BOSTON—When the new Romanian Orthodox Church opens in Boston, the Orthodox won't be the only believers worshipping there.

The church has invited local Romanian Eastern Catholics to celebrate their liturgy in the same building. Actually, they're returning a favor: The Eastern-rite Catholics had earlier invited the Orthodox to share the chapel they use on the grounds of a Melkite seminary.

What is happening in the Boston area illustrates the increasing contact between Orthodoxy and Catholicism — even while East and West still disagree over many matters.

These range from liturgical issues — April 11 is Orthodox Easter Sunday, calculated on the Julian calendar long out of use in the West — to fundamental issues such as papal primacy. The Boston churches experience a kind of cooperation rarely seen in Romania and elsewhere in Eastern Europe, where Catholics and the Orthodox have been battling for the possession of church properties.

But in Boston, “The two communities got along very well, and they always wanted our experience to serve as an example for the communities in Romania,” said Father Michael Moisin, pastor of the Romanian Eastern-rite Catholic community.

Eastern-rite Catholics share the liturgy and religious traditions of the Orthodox, while remaining in communion with Rome. But the hard feelings between Eastern-rite Catholics and the Orthodox in Europe during the 1990s caused a setback in dialogue aimed at reuniting the Catholic and Orthodox churches.

Nevertheless, an ecumenical optimist could point to some recent developments:

• Pope John Paul II will make a historic first trip to a predominantly Orthodox country May 7-9 when he visits Bucharest, the capital of Romania. The government of Ukraine has also invited the Pope to visit that country.

• After a long hiatus, the Joint International Commission for the Theological Dialogue between the Catholic Church and the Orthodox Church is scheduled to meet this summer.

• In America, bishops from both churches have stepped up undertakings such as joint pilgrimages to Rome and Constantinople, in an effort to help Christians on both sides of the divide appreciate their common spiritual patrimony.

• In the Middle East, Orthodox and Catholic believers continue to seek closer relations, unhampered by the sort of disputes that have plagued relations in Eastern Europe.

• Talks are even under way to seek a common date for the celebration of Easter. The two Easter celebrations happen to fall on the same day in the year 2001, and that is spurring an effort to celebrate Easter together in following years.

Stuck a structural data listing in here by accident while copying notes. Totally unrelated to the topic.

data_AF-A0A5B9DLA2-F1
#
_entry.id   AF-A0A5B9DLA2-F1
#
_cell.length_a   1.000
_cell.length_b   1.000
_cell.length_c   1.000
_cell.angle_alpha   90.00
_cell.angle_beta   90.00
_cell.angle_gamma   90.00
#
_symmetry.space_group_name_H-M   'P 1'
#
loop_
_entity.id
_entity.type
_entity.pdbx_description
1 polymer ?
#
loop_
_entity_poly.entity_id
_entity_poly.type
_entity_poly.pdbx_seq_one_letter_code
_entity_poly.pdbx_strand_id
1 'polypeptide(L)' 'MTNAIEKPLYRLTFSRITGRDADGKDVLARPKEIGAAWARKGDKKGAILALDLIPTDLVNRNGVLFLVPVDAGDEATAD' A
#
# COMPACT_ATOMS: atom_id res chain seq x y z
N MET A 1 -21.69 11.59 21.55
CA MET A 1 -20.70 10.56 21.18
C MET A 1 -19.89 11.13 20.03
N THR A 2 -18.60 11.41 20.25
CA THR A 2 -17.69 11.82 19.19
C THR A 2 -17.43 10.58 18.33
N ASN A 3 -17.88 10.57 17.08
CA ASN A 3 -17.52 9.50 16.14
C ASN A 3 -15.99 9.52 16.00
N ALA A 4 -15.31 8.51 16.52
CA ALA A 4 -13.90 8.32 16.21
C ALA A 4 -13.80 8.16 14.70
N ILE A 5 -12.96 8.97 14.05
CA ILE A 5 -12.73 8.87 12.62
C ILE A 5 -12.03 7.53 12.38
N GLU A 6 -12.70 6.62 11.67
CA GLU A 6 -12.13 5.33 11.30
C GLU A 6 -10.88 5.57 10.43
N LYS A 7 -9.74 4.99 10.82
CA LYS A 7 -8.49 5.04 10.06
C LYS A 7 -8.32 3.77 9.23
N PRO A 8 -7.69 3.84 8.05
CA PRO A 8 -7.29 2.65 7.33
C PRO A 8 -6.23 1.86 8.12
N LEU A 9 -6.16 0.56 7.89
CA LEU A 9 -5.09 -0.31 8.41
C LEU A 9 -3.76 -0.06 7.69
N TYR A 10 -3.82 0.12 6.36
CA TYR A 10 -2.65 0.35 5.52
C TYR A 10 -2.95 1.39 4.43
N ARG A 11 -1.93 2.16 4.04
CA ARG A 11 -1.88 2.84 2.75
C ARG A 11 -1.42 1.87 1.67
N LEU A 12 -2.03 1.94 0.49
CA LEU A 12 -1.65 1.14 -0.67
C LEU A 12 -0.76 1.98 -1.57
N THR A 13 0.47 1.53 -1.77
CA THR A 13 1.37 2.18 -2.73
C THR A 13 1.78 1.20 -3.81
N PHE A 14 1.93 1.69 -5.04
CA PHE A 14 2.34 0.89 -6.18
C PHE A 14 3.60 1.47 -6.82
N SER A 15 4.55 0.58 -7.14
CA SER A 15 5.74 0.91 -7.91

The difficulties have by no means been swept aside. The papal visit to Romania is marred by disputes over the Pope's itinerary, and the Catholic-Orthodox dialogue will have to once more take up the issue of Eastern Catholic churches within Orthodox countries.

These developments, however, can easily overshadow the progress that the two churches have made over the past decades, according to Father Ronald G. Roberson. Father Roberson has responsibility for relations with the Orthodox within the National Conference of Catholic Bishops' Secretariat for Ecumenical and Interreligious Affairs.

Starting in 1980, the Joint International Commission produced important statements of common belief on subjects ranging from the sacraments to apostolic succession.

“These are really the first common theological statements that are sponsored by Catholics and Orthodox since the Council of Florence in the 15th century,” Father Roberson said. “So these are all extremely positive developments, and I think this should never be lost sight of when one looks at the current difficulties.”

The plan of the interreligious dialogue is to tackle the subjects first upon which agreement can be more readily reached, Roberson said. The thorniest issues, such as the role of the Pope in a reunited church, are being saved for last.

Ecumenical Orthodox Patriarch Bartholomew I suggested in 1997 that the two churches had become fundamentally different, and he seemed to throw cold water on reunion efforts. But during Bartholomew's more recent 1998 trip to Poland, Father Roberson said, the Ecumenical Patriarch was more conciliatory, speaking in favor of efforts to reunite the two churches.

“The liturgical traditions are different,” Roberson said, elaborating some of the distinctions. He said the Orthodox liturgy “is filled with chant and candles and icons, and an elaborate ritual. In the West, it is more simple, direct and brief.”

The Orthodox and Catholic churches — both tracing their succession of bishops to the apostles — formally split in 1054. While the Catholic Church is centralized, with the Pope as its head, Orthodoxy is a collection of churches, with the Ecumenical Patriarch as a first among equals, but with no authority comparable to the Pope.